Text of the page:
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Category: SysAdmin

Transferring Conserver Logs to Elasticsearch

If your organization manages Linux, AIX, HP-UX or Solaris servers
in-house, chances are your system administrators at least
occasionally need low-level access to those devices. Typically,
administrators use some kind of serial console—for example, traditional
serial port, Serial-over-LAN or Intelligent Platform Management Interface
(IPMI). more>>

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MySQL—Some Handy Know-How

I recently was talking to someone over IRC who was helping me with a PHP
app that was giving me trouble. The extremely helpful individual asked
me to let him know the value of a certain field in a record on my MySQL
server. I embarrassingly admitted that I’d have to install something
like PHPMyAdmin or Adminer in order to find that information. more>>

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Vagrant Simplified

I admit it, some tools confuse me. I know they must be amazing, because
programs don’t get popular by being dumb (well, reality TV, but that’s
another story). I have the same sort of confusion with Vagrant that I
have with Wine, Docker, Chef and countless other amazing tools people
constantly rave about. So in this article, I’m going to break down Vagrant into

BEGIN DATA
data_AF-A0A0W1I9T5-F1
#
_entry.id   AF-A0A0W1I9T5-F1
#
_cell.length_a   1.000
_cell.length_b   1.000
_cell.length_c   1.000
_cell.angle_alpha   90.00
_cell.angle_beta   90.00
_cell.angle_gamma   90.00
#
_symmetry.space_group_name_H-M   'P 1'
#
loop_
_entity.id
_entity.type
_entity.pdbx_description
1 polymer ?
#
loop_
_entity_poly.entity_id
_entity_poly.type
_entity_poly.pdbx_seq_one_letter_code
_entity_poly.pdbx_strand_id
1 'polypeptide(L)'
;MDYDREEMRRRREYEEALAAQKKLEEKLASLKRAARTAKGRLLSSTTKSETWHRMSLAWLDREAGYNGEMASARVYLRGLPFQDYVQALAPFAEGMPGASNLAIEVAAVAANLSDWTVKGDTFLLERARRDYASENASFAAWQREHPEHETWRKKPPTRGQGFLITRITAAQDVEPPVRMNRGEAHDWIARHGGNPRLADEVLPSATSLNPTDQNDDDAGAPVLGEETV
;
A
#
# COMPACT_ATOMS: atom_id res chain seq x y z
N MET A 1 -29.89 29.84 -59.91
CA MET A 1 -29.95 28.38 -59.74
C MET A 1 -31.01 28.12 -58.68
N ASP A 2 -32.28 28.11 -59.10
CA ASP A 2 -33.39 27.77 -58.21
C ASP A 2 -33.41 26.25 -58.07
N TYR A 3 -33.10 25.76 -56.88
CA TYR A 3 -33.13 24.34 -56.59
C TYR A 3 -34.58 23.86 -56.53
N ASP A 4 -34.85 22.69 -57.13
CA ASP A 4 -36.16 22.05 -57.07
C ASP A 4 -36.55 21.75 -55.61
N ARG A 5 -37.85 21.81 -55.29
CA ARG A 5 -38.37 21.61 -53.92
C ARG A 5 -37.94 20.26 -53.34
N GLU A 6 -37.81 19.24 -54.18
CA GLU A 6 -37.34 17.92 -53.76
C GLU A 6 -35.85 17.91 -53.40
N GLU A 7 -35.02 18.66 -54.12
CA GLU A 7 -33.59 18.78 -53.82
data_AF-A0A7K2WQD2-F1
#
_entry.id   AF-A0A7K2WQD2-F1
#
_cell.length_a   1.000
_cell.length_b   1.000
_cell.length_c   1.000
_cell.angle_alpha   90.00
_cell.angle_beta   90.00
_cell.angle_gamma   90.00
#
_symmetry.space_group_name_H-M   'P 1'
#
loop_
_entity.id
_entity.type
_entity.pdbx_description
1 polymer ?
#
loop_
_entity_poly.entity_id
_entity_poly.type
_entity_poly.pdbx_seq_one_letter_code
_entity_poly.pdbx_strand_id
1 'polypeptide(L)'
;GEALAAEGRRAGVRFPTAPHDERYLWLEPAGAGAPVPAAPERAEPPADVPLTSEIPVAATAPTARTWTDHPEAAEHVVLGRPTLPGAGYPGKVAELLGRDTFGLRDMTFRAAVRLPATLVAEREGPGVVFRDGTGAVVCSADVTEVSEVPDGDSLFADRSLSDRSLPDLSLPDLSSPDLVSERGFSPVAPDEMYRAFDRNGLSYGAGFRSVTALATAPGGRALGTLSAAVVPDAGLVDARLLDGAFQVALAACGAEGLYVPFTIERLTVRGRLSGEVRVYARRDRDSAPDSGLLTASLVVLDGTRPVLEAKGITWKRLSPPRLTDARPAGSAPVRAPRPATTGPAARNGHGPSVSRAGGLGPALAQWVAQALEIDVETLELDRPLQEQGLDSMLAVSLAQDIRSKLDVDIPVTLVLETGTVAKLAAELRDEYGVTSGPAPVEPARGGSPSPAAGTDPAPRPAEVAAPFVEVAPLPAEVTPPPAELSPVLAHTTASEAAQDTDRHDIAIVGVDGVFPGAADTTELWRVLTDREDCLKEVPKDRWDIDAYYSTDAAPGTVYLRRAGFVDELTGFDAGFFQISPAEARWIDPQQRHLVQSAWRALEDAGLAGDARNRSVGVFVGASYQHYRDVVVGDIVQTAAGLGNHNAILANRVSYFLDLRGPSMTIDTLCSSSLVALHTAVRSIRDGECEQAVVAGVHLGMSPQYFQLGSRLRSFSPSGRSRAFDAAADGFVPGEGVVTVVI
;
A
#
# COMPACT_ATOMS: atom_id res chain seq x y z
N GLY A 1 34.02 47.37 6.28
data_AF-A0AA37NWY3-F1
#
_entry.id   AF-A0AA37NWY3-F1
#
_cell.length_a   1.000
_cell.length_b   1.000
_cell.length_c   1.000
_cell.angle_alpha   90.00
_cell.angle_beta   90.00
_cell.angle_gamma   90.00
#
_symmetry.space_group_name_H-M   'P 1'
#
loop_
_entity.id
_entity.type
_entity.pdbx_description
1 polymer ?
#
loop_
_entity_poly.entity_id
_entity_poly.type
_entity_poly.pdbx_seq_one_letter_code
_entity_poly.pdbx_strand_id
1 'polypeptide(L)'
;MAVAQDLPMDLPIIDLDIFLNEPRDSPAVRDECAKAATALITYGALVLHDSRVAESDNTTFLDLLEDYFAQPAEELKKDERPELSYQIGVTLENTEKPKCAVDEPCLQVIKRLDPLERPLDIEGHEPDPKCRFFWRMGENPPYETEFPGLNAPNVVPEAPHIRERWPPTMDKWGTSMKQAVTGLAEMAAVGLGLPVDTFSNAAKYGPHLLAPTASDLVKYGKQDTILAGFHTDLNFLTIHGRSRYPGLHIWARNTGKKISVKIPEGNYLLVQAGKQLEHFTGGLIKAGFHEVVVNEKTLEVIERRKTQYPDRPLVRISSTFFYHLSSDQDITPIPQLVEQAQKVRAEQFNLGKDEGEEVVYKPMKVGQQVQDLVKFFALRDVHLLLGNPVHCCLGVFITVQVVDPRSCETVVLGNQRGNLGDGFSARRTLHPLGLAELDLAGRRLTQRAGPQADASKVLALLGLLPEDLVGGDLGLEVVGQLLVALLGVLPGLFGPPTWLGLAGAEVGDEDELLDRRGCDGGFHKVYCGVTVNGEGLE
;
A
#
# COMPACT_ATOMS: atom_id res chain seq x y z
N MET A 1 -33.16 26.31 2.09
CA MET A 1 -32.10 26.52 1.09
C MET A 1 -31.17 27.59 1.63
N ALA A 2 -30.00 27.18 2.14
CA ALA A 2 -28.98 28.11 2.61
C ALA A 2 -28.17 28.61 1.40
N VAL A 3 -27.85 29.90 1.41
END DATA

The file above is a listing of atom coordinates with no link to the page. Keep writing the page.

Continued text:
its simplest form.
more>>

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Bash Collection – Server Health Monitor for getting quick information of server status

The last three days, I’ve created a small bash script that outputs some important server health information. I’m using this script for displaying the server health on my Raspberry Pi at home. I’ll buy one of these official 7 inch touch screen displays for the Raspberry Pi and then show these health information on it. […]

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Not So Dynamic Updates

Typically when a network is under my control, I like my servers to have
static IPs. Whether the IPs are truly static (hard-coded into network
configuration files on the host) or whether I configure a DHCP server to make static
assignments, it’s far more convenient when you know a server always will have
the same IP. more>>

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High-Availability Storage with HA-LVM

In recent years, there has been a trend in which data centers have been
opting for commodity hardware and software over proprietary solutions. Why
shouldn’t they? It offers extremely low costs and the flexibility to
build an ecosystem the way it is preferred. The only limitation is the extent
of the administrator’s imagination. more>>

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DNSMasq, the Pint-Sized Super Dæmon!

I’ve always been a fan of putting aftermarket firmware on consumer-grade
routers. Whether it’s DD-WRT, Tomato, OpenWRT or whatever your favorite
flavor of “better than stock” firmware might be, it just makes economic
sense. Unfortunately, my routing needs have surpassed my trusty Linksys
router. more>>

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